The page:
Interview with Chris Carraher, aka Jack Dandy

Chris Carraher, aka Jack Dandy, is an ecological activist and visual artist whose work centers around her home: the vast desert that lies near the mouth of Joshua Tree National park, which Carraher describes as “having one foot in the wilderness and one i


Photo: Ellie Greenwood


Your art and activism are very associated with the desert. Why is that landscape such a source of inspiration for you?

The desert is a laboratory. It’s a lovely place to observe the world, because there’s not so much visual clutter and there is nothing interrupting my vision. In a way, it’s very simplified but also very dynamic. 

What’s the interplay between your art and activism? 

Sometimes I have to get off my environmental soapbox and observe through other mediums.  My art is the only place where I can really process beyond the rational and move into the other sources of internal intelligence.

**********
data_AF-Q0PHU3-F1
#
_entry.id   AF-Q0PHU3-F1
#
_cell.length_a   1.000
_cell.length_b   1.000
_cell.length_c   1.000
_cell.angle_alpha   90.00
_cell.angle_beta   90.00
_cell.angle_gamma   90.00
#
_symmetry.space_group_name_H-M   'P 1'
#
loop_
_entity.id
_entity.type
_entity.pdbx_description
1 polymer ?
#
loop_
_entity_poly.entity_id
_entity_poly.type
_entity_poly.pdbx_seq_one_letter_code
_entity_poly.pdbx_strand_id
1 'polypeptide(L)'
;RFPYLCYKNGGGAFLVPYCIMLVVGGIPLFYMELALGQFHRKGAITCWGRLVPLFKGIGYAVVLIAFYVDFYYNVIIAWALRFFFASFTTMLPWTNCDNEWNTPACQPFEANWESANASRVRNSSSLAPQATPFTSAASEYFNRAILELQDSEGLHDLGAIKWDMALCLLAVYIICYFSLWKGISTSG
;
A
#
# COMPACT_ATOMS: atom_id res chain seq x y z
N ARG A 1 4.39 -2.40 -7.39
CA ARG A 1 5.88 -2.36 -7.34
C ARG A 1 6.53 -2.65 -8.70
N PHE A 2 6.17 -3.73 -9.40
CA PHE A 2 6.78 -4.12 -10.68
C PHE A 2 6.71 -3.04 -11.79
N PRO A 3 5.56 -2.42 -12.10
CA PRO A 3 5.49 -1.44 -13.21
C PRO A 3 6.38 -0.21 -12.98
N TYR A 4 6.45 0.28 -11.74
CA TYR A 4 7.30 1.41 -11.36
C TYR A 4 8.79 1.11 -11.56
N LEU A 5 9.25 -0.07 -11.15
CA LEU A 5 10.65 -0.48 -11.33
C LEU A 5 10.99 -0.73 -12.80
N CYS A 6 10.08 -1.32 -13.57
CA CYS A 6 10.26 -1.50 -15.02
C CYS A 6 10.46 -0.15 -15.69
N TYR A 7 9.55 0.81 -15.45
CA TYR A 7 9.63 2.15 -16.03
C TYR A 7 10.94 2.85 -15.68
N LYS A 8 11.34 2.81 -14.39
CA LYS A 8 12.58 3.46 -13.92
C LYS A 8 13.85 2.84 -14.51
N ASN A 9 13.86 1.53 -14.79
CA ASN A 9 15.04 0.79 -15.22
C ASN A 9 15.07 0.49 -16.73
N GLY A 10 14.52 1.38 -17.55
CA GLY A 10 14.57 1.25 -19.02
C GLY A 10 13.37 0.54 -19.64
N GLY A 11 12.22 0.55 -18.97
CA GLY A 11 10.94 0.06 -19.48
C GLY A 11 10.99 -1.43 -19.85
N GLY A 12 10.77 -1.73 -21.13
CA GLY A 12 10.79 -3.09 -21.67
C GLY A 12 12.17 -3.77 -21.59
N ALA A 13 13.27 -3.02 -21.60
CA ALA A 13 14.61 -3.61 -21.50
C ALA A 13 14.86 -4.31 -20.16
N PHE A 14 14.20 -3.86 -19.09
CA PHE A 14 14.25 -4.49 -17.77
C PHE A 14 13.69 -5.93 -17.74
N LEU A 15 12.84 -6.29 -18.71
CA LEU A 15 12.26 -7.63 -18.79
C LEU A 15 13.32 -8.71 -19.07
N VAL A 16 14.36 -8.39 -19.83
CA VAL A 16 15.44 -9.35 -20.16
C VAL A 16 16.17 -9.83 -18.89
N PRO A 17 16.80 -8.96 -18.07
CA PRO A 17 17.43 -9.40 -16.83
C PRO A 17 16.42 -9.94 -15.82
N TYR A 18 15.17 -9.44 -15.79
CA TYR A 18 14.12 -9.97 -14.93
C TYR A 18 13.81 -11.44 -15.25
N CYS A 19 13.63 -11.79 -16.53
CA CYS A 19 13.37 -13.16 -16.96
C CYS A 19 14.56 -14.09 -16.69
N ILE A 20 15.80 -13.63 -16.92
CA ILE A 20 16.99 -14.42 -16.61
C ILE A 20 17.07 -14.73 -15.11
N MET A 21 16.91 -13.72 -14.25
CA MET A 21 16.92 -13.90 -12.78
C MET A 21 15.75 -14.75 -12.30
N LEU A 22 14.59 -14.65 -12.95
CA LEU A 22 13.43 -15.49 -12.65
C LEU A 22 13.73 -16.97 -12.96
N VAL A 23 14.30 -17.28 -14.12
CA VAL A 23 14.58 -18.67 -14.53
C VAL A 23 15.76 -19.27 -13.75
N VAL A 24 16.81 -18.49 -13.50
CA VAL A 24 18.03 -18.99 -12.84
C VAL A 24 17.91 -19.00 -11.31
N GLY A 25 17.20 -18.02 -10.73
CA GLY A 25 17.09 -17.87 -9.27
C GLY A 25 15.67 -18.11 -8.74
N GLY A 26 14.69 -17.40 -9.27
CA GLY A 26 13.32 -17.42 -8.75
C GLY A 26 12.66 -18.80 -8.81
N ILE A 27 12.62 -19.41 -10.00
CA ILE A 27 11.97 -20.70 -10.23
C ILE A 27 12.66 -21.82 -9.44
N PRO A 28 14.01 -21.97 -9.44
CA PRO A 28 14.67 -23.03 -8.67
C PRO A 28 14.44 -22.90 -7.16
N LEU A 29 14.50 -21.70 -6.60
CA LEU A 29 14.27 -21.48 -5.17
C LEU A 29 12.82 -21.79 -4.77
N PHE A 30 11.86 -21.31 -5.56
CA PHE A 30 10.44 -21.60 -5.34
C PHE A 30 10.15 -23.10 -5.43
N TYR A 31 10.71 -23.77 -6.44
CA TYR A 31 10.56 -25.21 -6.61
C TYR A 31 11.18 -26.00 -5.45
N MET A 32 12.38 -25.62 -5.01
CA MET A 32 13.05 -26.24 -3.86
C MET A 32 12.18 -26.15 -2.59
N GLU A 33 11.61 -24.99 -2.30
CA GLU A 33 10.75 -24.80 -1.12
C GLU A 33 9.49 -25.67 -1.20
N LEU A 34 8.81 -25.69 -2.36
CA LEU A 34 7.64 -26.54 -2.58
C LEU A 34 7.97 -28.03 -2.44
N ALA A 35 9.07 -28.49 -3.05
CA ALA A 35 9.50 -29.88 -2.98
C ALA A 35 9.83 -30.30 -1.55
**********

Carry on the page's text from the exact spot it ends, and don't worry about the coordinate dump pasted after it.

What do you see as the greatest threat to your area?

Right now claim seekers are descending us on, especially regarding energy and expansion. They want to set up huge solar plants, which literally scalp the earth and destroy our ecosystem. It’s an old utility’s mindset of locating large plants in areas that are less populated. The solution is to put solar on all roofs in metropolitan areas rather than one large, environmentally destructive plant. It’s an environmental justice issue, asking the outlying areas to bear the brunt of a generation. 

How does your gender-queer identity mesh with your ecological activism?

It’s tricky here to be in a rurally conservative area and have the gender identity that I do.  Online is a place where I assert my gender identity. Here I don’t want it to be key issue and topic when there are other issues I want to work on. 

What’s next for you?

Things are hurtling toward change at a pace I’ve not seen in my life, so I feel the need to step back and observe. Even here, ‘in the middle of nowhere’ we are seeing the impact of national and global change.

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